Economic Evaluation of Lenograstim for Prophylaxis of Chemotherapy-Induced Neutropenia in Patients with Small Cell Lung Cancer

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Abstract

Summary

The impact of lenograstim, recombinant human granulocyte colony-stimulating factor, on healthcare costs was evaluated on the basis of the results of a clinical trial of the drug in patients receiving VICE (vincristine, ifosfamide, carboplatin and etoposide) chemotherapy for small cell lung cancer (SCLC). The use of lenograstim resulted in a significant (p < 0.03) increase in the cumulative chemotherapy dose intensity (125% with lenograstim vs 118% without).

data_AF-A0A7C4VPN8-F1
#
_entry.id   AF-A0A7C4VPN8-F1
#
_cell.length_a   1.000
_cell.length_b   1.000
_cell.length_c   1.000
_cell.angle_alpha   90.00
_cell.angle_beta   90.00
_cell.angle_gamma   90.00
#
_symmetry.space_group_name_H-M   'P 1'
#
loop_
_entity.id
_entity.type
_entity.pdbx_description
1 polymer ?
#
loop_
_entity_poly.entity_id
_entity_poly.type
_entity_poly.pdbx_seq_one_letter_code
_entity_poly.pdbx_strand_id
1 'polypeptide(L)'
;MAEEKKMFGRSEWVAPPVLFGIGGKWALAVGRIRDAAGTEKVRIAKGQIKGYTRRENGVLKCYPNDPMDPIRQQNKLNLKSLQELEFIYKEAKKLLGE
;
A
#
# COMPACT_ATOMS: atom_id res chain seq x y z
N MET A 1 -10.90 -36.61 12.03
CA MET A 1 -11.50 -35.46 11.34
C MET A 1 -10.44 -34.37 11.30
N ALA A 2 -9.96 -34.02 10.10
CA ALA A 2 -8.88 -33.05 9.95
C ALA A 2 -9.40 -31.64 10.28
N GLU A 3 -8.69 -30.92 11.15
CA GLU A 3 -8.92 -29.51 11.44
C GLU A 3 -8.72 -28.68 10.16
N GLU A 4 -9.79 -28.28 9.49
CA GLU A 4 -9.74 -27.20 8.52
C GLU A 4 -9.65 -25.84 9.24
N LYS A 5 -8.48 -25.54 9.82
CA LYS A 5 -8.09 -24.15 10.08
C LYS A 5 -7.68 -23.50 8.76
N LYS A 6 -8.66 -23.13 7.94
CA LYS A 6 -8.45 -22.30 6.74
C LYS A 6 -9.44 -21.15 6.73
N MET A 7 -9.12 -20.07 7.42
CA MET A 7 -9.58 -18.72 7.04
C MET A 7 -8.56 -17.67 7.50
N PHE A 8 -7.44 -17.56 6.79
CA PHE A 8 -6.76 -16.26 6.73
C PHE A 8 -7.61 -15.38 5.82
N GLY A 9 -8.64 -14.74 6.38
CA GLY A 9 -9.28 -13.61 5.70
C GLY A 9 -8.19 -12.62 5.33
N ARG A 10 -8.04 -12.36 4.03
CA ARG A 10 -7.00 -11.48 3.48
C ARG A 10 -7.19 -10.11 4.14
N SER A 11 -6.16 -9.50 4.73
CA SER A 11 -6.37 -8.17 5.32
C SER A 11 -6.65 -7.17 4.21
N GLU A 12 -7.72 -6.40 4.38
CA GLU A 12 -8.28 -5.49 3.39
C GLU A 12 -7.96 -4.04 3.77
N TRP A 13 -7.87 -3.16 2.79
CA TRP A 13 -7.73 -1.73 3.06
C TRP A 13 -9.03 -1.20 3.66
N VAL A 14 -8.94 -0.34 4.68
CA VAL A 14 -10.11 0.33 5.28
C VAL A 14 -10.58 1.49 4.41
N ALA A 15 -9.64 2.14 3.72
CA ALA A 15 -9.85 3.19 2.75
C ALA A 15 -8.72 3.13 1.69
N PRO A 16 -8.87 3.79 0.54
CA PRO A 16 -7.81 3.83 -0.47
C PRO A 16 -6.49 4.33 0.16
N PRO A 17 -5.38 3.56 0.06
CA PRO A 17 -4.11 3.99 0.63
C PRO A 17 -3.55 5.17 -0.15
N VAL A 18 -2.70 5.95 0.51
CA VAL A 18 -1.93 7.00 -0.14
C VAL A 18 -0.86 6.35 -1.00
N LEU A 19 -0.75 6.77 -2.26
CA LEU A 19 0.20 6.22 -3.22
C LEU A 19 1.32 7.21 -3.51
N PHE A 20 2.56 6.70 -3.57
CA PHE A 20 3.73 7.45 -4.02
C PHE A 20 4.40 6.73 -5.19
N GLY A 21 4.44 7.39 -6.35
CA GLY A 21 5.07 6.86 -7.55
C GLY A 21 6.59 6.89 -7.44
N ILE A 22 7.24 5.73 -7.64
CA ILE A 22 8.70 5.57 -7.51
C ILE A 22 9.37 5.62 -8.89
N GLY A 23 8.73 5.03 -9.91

Lenograstim was found to have no significant impact on the use of healthcare resources for administration of chemotherapy, chemotherapy-induced neutropenia, and associated infections. The cost of healthcare for the lenograstim group (excluding lenograstim acquisition costs) was £700 higher per patient than that for the group not treated with lenograstim (95% CI - £930 to £2300).

The use of lenograstim to intensify the chemotherapy dose is likely to increase the costs of treatment for SCLC. However, any increased costs need to be balanced against the potential cost savings associated with the possible long term benefits resulting from chemotherapy dose intensification.

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